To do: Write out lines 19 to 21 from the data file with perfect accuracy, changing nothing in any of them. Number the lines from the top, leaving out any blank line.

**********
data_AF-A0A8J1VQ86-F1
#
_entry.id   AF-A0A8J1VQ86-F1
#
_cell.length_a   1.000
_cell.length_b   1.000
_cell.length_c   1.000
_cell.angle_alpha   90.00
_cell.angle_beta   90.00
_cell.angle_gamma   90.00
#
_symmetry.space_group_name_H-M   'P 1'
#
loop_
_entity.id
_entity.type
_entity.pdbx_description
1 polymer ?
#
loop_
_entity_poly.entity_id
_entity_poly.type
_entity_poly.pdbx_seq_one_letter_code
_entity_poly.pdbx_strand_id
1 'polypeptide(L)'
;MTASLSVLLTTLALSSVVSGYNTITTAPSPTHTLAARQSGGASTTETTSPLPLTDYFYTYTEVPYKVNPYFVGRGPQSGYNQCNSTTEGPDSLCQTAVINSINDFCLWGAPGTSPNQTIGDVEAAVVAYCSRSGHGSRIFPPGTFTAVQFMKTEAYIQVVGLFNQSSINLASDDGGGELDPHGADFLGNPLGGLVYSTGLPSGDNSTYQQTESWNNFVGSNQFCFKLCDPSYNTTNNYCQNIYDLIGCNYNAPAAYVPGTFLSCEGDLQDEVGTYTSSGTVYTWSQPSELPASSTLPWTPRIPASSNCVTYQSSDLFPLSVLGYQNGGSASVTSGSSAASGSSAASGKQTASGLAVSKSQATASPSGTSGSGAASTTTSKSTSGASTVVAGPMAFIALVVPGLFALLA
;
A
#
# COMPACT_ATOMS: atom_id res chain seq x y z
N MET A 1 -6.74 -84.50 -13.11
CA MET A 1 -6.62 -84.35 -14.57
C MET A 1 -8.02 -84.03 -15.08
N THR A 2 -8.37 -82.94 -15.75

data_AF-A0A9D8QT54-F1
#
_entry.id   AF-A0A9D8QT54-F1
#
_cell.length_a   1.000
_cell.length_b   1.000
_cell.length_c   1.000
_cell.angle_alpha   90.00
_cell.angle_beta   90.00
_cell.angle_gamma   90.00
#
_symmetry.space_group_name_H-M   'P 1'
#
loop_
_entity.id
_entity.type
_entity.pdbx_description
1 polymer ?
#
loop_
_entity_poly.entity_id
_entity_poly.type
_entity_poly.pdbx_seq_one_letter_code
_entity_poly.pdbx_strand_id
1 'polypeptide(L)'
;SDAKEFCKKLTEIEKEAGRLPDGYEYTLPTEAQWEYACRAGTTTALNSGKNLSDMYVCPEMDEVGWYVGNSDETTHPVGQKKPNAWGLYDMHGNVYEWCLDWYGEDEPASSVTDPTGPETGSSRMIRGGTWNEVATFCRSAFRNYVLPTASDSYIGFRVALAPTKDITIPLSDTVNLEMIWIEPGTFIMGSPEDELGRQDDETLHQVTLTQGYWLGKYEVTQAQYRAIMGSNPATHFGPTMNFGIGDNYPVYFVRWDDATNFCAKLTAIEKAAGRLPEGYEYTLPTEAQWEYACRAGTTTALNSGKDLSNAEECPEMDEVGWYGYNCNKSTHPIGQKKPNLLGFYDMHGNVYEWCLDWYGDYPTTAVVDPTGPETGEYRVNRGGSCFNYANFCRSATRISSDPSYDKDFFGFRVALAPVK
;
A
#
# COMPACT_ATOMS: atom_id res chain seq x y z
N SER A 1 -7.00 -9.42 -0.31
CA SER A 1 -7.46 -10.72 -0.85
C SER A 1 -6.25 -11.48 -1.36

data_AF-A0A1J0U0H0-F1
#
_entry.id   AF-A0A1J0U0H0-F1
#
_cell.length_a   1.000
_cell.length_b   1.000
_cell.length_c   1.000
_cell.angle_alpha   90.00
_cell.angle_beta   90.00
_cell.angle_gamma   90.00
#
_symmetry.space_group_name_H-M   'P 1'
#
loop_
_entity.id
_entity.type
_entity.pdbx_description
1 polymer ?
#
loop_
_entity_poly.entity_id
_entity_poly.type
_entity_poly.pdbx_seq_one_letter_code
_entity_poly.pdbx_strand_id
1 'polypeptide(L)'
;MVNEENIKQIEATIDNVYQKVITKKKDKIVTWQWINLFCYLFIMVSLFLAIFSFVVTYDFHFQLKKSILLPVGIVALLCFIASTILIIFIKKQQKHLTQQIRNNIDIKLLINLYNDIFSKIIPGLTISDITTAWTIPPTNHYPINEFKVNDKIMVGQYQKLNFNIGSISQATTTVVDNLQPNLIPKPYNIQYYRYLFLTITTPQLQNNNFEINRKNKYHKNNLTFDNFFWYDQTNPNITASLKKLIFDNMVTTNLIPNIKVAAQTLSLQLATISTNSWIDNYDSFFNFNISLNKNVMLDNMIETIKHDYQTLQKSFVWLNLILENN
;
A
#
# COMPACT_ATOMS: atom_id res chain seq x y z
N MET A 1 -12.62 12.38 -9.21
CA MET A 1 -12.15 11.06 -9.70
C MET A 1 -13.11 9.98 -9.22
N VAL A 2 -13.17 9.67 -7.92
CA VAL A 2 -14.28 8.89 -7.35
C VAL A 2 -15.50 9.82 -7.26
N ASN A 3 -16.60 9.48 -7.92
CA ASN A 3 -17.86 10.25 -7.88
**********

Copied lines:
#
loop_
_entity_poly.entity_id